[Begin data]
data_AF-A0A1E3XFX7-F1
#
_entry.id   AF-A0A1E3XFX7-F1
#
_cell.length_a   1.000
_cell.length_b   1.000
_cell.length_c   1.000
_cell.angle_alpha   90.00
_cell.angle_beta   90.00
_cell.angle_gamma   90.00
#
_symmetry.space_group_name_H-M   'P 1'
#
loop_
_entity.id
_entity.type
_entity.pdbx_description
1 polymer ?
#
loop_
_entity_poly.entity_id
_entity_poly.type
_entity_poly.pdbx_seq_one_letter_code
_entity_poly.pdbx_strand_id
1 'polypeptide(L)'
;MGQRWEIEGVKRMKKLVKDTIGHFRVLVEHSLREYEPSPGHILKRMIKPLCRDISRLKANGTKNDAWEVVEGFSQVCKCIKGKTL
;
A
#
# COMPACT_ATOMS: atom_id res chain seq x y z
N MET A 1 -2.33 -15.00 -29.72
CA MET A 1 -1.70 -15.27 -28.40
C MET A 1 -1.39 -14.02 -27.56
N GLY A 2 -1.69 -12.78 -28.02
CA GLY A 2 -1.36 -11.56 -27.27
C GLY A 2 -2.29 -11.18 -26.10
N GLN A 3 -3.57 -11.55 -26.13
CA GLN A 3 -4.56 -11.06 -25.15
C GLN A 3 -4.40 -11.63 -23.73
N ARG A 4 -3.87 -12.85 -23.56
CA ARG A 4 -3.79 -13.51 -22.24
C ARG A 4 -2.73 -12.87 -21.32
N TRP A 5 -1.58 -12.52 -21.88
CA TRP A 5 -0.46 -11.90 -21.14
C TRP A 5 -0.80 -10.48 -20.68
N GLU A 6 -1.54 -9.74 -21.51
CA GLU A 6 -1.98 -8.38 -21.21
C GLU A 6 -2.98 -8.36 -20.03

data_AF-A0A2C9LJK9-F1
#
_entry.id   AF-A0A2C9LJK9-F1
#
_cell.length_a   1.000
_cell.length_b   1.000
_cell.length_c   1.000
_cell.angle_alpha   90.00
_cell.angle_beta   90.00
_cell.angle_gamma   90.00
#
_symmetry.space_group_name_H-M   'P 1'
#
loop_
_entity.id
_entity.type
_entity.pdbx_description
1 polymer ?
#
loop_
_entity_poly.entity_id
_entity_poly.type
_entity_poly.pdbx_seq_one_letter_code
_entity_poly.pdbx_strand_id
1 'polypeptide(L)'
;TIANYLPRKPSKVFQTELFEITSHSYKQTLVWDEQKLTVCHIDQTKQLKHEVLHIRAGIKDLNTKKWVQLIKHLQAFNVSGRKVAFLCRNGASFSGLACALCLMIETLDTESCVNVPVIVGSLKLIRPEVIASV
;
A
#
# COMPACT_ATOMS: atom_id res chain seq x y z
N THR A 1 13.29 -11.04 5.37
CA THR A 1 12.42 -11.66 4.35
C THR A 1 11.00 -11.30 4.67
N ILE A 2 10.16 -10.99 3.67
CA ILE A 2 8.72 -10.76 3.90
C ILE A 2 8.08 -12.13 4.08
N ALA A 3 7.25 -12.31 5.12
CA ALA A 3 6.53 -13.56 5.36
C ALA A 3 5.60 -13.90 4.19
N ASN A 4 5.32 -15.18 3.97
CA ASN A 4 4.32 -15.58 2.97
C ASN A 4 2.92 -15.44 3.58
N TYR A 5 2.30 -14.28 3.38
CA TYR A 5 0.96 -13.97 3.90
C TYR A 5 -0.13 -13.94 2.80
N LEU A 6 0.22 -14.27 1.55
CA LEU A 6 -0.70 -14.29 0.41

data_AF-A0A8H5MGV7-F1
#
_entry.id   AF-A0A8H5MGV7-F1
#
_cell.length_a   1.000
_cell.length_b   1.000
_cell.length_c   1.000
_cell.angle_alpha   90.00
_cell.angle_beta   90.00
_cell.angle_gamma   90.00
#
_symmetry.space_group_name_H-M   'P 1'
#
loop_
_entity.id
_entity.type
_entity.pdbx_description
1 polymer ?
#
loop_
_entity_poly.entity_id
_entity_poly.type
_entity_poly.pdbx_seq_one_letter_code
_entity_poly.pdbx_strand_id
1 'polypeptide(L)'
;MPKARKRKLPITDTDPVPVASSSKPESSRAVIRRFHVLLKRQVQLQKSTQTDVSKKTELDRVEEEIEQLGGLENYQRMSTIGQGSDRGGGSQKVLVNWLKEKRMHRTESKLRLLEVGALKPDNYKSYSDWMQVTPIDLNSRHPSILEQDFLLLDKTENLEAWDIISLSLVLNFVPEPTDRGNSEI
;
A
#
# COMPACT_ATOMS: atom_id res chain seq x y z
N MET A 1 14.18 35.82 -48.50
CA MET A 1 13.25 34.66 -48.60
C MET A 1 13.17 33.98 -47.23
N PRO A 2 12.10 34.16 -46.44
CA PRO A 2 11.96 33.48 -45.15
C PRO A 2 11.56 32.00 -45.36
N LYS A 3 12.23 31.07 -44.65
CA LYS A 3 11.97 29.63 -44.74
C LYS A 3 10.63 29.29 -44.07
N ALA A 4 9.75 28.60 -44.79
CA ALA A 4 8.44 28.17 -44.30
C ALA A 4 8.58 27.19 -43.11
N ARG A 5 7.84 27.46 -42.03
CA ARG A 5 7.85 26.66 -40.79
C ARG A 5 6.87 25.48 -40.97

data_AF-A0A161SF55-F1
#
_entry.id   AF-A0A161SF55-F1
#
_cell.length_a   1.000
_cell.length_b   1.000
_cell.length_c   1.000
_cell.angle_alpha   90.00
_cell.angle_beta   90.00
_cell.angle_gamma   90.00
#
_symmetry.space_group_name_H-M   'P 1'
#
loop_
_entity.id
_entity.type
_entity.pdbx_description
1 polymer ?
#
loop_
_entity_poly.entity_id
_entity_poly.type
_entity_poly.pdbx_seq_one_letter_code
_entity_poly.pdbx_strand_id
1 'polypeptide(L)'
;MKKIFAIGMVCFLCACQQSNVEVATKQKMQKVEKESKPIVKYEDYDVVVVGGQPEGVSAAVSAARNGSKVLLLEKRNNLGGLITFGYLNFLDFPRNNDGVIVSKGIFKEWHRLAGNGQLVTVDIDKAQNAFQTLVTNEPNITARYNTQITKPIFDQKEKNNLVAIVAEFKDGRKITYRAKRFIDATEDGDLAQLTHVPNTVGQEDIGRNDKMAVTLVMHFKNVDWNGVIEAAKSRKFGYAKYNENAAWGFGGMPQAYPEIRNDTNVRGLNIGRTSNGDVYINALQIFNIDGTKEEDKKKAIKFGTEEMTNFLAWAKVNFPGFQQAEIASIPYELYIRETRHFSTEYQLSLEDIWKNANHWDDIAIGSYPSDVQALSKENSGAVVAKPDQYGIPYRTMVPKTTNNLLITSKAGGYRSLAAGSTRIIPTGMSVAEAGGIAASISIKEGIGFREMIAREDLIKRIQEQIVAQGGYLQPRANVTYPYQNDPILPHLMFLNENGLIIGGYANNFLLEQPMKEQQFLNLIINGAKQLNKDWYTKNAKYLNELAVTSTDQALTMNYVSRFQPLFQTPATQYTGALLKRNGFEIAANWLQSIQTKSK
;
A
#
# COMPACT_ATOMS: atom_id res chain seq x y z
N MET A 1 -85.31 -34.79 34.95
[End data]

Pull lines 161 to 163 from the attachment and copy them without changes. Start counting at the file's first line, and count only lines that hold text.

_entity_poly.entity_id
_entity_poly.type
_entity_poly.pdbx_seq_one_letter_code